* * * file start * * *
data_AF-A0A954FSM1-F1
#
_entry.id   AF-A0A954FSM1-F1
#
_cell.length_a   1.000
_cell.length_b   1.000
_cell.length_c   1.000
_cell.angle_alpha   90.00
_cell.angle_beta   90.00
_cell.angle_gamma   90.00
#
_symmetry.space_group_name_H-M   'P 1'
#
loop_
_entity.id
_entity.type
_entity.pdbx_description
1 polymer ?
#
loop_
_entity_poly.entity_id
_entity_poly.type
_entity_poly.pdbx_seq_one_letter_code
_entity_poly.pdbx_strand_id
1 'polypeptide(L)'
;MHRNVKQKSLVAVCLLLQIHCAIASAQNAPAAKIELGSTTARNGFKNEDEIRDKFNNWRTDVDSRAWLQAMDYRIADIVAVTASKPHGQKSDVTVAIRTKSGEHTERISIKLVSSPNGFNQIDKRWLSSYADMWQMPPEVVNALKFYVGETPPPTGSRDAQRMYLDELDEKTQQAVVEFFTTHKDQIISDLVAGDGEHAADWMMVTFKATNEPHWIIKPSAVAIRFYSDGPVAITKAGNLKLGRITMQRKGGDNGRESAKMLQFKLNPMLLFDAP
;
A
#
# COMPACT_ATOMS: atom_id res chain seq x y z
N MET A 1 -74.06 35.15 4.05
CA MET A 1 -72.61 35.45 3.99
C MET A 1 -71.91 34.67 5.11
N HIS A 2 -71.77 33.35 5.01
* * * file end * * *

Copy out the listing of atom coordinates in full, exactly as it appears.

data_AF-A0A954FSM1-F1
#
_entry.id   AF-A0A954FSM1-F1
#
_cell.length_a   1.000
_cell.length_b   1.000
_cell.length_c   1.000
_cell.angle_alpha   90.00
_cell.angle_beta   90.00
_cell.angle_gamma   90.00
#
_symmetry.space_group_name_H-M   'P 1'
#
loop_
_entity.id
_entity.type
_entity.pdbx_description
1 polymer ?
#
loop_
_entity_poly.entity_id
_entity_poly.type
_entity_poly.pdbx_seq_one_letter_code
_entity_poly.pdbx_strand_id
1 'polypeptide(L)'
;MHRNVKQKSLVAVCLLLQIHCAIASAQNAPAAKIELGSTTARNGFKNEDEIRDKFNNWRTDVDSRAWLQAMDYRIADIVAVTASKPHGQKSDVTVAIRTKSGEHTERISIKLVSSPNGFNQIDKRWLSSYADMWQMPPEVVNALKFYVGETPPPTGSRDAQRMYLDELDEKTQQAVVEFFTTHKDQIISDLVAGDGEHAADWMMVTFKATNEPHWIIKPSAVAIRFYSDGPVAITKAGNLKLGRITMQRKGGDNGRESAKMLQFKLNPMLLFDAP
;
A
#
# COMPACT_ATOMS: atom_id res chain seq x y z
N MET A 1 -74.06 35.15 4.05
CA MET A 1 -72.61 35.45 3.99
C MET A 1 -71.91 34.67 5.11
N HIS A 2 -71.77 33.35 5.01